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Superintendent hits the road in quest to pass levy

By Leigh Ann Rutledge
FPS Reporter

The need for an emergency operating levy in the Carrollton Exempted Village School District is very real.

That was the message conveyed by Carrollton Superintendent Dr. David Quattrochi when he spoke to members of the Carrollton Future Farmers of America (FFA) Alumni last week.

He was there, he said, to give an explanation why the school district is placing a 5.3 mill emergency operating levy on the May 7 special election ballot and how revenue will be used if the levy passes.

The last time the school district had a tax levy in force was in 1977.  However, projections by the district’s treasurer show the district will be “in the red” by 2015 if the financial situation stays status quo.

School districts receive revenue from three sources: federal, state and local revenues.  Carrollton Schools receive around 51 percent of their revenue from the state of Ohio and a limited amount from the federal government.

“We run the district similar to a business,” Quattrochi noted. “We have to balance our budget each year.  It is not an option.”

The district has taken numerous steps to cut expenditures since Fiscal Year (FY) 2004. Some of these cuts included: closing three outlining elementary schools and the Vet’s Swimming Pool which saved an accumulated $500,000, eliminating 15 bus routes saving $1 million, eliminating four certified administrator positions and reducing staff (40 teachers, 12 cooks, 15 bus drivers and seven secretaries) and other reductions totaling $3 million.

He said the district has lost over $2 million in state and federal aid from FY 2011 to FY 2012.  The district operates on an approximate yearly general fund budget of $20 million and overspent its revenue by $800,000 in FY 2012.

According to Quattrochi, due to loss of revenue and increasing costs, the district needs approximately $2.3 million per year to operate in the black over the life of the current five-year forecast.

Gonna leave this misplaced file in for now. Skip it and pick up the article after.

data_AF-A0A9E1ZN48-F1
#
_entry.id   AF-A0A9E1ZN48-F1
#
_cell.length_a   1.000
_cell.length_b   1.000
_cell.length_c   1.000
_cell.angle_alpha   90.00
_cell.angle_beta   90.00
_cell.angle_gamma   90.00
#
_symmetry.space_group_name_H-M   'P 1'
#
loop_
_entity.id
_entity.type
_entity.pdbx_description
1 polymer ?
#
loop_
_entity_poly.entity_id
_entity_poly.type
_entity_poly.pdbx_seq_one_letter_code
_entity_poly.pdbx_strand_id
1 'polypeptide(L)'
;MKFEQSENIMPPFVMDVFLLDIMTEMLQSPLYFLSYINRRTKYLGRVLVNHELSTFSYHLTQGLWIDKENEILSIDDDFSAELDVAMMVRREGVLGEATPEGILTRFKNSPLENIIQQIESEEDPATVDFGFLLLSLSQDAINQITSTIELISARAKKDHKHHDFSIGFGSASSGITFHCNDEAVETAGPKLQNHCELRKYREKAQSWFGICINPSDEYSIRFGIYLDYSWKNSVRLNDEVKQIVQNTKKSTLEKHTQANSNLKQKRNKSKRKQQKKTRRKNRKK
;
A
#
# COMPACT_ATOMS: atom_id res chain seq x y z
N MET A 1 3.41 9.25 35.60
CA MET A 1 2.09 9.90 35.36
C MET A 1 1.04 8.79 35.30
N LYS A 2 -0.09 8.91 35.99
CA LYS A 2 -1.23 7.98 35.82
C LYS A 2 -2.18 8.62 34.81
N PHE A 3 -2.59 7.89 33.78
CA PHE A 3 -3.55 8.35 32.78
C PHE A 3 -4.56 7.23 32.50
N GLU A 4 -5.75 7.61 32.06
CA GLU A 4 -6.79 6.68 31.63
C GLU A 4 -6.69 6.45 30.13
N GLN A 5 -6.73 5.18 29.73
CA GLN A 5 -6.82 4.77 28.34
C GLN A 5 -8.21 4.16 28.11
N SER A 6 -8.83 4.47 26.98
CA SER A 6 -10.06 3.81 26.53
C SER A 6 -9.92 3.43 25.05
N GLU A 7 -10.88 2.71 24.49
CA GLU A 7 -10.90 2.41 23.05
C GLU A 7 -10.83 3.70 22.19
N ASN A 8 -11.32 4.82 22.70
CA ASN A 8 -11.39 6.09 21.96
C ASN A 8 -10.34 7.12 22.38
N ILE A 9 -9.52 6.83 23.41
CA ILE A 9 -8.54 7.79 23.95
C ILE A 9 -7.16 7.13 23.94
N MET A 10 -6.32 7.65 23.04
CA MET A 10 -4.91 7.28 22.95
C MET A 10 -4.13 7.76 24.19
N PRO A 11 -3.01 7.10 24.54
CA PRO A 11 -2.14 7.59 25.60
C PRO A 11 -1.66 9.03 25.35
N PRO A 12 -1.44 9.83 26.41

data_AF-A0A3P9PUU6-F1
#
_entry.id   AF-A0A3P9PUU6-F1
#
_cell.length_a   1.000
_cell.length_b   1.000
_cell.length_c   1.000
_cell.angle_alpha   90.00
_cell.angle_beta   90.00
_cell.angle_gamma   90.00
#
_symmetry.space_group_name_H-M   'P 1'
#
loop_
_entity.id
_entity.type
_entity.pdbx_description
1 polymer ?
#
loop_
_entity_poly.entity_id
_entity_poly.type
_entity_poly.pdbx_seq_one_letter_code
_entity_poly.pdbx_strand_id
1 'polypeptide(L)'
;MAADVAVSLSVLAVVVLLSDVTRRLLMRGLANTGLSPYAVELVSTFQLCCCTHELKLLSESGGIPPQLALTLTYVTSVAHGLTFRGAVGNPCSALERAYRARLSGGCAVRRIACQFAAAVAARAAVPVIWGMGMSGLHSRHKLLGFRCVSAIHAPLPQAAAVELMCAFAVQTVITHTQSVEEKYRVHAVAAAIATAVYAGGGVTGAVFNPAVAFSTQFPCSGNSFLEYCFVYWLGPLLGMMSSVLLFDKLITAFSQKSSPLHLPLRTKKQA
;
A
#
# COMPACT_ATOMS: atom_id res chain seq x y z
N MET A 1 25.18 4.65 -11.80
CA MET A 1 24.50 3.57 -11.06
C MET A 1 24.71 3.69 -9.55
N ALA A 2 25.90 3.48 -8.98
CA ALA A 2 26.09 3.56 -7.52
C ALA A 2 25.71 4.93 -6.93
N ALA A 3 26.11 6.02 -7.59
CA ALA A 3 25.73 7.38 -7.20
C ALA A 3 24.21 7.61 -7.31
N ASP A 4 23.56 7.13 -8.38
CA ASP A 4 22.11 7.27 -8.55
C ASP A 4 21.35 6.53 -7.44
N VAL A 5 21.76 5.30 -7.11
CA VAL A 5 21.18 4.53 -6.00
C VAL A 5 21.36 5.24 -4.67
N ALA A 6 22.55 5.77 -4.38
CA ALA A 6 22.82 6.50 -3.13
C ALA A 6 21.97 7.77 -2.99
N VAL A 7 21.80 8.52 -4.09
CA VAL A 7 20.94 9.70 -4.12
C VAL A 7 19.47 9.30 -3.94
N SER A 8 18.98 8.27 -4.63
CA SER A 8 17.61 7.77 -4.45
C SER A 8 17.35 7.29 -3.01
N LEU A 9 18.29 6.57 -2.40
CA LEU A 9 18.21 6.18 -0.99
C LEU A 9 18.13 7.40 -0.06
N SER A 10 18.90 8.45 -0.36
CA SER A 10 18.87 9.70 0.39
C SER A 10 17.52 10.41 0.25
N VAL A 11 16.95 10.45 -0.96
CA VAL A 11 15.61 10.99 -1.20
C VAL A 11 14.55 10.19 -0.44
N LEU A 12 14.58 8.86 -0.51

“Why am I talking about 2015 now?” asked Quattrochi. “I want to be proactive, not reactive.  We are asking for a limited five-year emergency tax commitment which averages about $14 per month for a home appraised at $100,000.”

Carrollton School District will not receive any financial aid for school year 2013-2014 and 2014-2015 according to Governor Kasich’s school funding proposal.  Figures show the district needs to cut $500,000 for the next school year and unfortunately attrition is the first priority.

“There is a lot of potential here,” stated Quattrochi. “We need an emergency levy to get us through for a limited five-year period.” 

One area a portion of the revenue will be spent on is safety. 

Quattrochi told the group, “It is imperative we have a resource officer for numerous reasons to be utilized for more than just standing at the door with a gun.” 

He has a commitment from Carroll County Sheriff Dale R. Williams to pay half the salary of a resource officer. Williams said he told Quattrochi about six months ago if the district would “step up the plate” he would try to find the money to pay for half the salary of a certified deputy to be assigned to the school district. 

Revenue will also be spent keeping neighborhood schools open, continuing music and art programs, and maintaining current class sizes. 

He said one area that would not be cut was transportation.

 “I will tell you now I will never cut transportation.  I couldn’t sleep if I did,” he stated.

Maintaining the high level of academics is also important along with keep extra curricular activities in tact. 

“We are a school of excellence with distinction,” he said.  “We need to keep the momentum going and it needs to be a grassroots effort from the parents and grandparents in the district; everyone who has a vested interest in the area.”

A Facebook page is being developed and he is working on other avenues to get the word out, such as going door-to-door, activities and events and even “coffee socials” where he will visit homes of people with mixed views and discuss the situation and future. 

Currently, he is working with a contact in Cleveland regarding the possibility of a gas and oil academy.  “We are trying to move forward even though we are facing a tough situation,” said Quattrochi.

Groups or individuals who would like Quattrochi to make a presentation can contact him at the Administration Office by calling 330-627-2181.


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